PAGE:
Now that I have single-handedly solved the offense problem, ::slyly blows on knuckles and brushes them on shirt::, let’s turn to another weakness— the Bullpen. The closer, or closers, have not been strong enough, which is why I continue to advocate that the Sox trade, or pick up, a closer. Andrew, “The Yeti” (as I like to call him) Miller is down with a twisted ankle.  Koji Uehara can sometimes get it done, other times, not so much. The same seems true for Bailey, Wilson, Aceves, and whomever we bring up from Pawtucket this week. Who is the guy to close out our games? Have we tried Steven Wright, and if so, why not? Wright was named International Pitcher of the Week. I think we should bring Wright up to the bullpen, to mix things up in the later innings. Other sources feel Rubby De La Rosa would be a good person for that bullpen position, but I just think he is more of the same. The other teams are expecting that kind of pitching move. The last thing the Sox should want to be right now is predictable. Let’s keep everyone guessing.

Yes, there has been a lot of movement in that position, just no curveballs (pun very much intended!)

Red Sox’s Mike Carp and Jonny Gomes Shine

Red Sox's Mike Carp and Jonny Gomes

Courtesy of nashuatelegram.com

It takes a big woman to admit that she is wrong. And I was.

I was terribly wrong about the Red Sox’s Mike Carp and Jonny Gomes. Others felt the same way, which made me more confident that I was right about these two guys. Before the season even started no one was hot on them. I had a colleague say, “Who’s going to play left, Jonny Gomes, or Mike Carp?” with a sneer on his face. The facts were hard to ignore, too.   Batting averages were well, average. The performance on the field ran hot and cold. And do we even need to get into Gomes’ weird red beard that screams Yosemite Sam? Carp and Gomes were best described as one step from greatness. Now, they are great, especially in a pinch.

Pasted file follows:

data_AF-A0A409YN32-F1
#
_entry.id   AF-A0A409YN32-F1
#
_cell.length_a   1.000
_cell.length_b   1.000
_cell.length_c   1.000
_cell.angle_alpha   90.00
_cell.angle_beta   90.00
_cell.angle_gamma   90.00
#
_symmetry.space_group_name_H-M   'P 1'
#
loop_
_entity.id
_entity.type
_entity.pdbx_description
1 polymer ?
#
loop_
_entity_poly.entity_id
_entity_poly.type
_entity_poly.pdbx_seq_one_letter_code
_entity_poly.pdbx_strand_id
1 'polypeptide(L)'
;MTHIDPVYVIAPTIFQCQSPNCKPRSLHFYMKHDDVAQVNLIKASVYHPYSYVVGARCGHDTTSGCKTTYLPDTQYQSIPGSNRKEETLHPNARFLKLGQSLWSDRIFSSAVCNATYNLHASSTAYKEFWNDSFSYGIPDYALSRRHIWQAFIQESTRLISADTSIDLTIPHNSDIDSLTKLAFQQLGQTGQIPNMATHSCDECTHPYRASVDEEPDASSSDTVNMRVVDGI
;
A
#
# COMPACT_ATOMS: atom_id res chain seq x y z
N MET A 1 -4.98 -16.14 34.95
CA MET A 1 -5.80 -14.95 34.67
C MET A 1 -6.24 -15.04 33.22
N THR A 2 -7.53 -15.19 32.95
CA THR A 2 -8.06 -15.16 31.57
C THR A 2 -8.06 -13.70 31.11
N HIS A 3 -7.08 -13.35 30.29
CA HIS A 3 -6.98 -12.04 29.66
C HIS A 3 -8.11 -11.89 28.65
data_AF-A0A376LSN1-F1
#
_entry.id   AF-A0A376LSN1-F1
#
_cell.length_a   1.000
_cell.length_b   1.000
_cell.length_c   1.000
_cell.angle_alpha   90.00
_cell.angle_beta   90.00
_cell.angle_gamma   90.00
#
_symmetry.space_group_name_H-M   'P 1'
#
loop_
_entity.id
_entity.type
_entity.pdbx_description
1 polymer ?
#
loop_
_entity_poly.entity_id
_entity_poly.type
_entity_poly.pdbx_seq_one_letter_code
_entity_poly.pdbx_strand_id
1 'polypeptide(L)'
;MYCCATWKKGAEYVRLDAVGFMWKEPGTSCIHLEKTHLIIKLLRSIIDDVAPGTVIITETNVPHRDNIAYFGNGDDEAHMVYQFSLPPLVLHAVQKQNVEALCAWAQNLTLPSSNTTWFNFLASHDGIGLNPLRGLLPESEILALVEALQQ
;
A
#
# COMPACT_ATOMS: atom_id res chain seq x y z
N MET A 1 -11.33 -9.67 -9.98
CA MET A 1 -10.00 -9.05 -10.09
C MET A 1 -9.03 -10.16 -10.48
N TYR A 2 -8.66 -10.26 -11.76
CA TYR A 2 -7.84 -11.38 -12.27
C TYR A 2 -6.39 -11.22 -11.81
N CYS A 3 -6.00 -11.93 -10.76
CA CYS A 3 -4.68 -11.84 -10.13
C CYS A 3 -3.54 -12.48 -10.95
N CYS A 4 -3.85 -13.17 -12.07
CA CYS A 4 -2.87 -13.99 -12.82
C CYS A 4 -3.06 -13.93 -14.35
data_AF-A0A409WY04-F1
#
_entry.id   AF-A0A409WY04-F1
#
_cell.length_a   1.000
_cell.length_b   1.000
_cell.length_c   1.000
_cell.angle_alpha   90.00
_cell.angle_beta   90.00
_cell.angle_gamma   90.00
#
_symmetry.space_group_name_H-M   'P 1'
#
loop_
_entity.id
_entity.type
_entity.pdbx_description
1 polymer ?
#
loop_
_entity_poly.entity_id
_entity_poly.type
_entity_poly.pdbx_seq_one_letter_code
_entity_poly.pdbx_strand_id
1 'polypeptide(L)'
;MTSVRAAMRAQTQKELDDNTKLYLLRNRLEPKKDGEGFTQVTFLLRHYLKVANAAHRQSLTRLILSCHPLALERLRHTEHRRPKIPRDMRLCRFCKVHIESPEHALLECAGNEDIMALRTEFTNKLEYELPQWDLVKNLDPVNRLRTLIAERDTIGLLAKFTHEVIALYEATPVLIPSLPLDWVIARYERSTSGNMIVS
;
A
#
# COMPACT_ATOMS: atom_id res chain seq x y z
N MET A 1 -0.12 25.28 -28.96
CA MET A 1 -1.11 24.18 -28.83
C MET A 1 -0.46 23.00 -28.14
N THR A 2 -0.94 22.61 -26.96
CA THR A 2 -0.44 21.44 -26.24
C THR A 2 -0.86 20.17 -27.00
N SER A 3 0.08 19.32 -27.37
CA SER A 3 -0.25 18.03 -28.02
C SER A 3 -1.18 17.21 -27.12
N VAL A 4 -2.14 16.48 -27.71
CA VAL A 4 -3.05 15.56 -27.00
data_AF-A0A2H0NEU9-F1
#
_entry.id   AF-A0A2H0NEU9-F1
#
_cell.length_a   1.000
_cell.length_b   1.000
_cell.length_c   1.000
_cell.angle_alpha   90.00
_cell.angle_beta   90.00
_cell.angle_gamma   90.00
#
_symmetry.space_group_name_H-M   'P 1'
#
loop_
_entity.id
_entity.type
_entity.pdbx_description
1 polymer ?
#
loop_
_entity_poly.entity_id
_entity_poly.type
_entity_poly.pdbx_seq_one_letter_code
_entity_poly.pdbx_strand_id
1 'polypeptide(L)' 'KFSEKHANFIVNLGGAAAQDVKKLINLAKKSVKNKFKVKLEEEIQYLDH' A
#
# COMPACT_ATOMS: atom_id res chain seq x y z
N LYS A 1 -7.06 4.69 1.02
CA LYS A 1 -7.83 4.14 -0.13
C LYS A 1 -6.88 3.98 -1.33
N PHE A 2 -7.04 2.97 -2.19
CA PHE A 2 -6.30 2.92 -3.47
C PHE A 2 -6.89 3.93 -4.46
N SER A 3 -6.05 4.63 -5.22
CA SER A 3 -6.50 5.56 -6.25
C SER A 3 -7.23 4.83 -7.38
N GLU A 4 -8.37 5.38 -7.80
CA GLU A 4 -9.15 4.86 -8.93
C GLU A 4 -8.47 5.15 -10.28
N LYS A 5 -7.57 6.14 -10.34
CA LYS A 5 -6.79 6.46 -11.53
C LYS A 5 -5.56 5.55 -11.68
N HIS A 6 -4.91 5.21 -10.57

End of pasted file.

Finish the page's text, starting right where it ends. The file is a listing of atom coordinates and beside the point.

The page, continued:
In the last few games, specifically Wednesday, July 3rd’s game, Gomes and Carp were afire. Carp at first base. Initially I thought, “Oh no.” He made some plays, though. He played a pretty solid first base making a catch right in front of the dugout. He continued to play strong defense at first on Wednesday, keeping players from advancing. Carp can do the work there while Mike Napoli gets the rest days he may need. No one should be whining about Nap getting some rest days, since that was on the table at the very beginning of the season. Please, shut up about it. Mike Napoli is an outstanding player, but we all know the truth about his hip situation, so let’s not try and rewrite history, whining and moaning about his not being on the bag every night. This is another case of selective amnesia in Boston. It must be the heat.

red sox's mike carp and jonny gomes

Courtesy of aattp.org

But Gomes, Yosemite Gomes, you made the game Wednesday night with both guns blazing. Staring down the barrel of a 2-2 count, you swung and got the fireworks started on Independence Day Eve over the Green Monster. On the Fourth of July, he continued to produce in the seventh inning and raised his batting average to the mid .300s.  Defensively, he has proven himself strong in left field. He made a solid catch in the 3rd inning displaying his reliability.

My colleague’s comment in April snuffed out with one swing of the bat.

“That is a walk off home run for Jonny Gomes.” There is a sentence no one ever thought they would here Don Orsillo say at the beginning of the season.

We were wrong about you.

Yosemite prove yourself right every night, as we approach the All-Star break. I know I’ve never been happier to be wrong.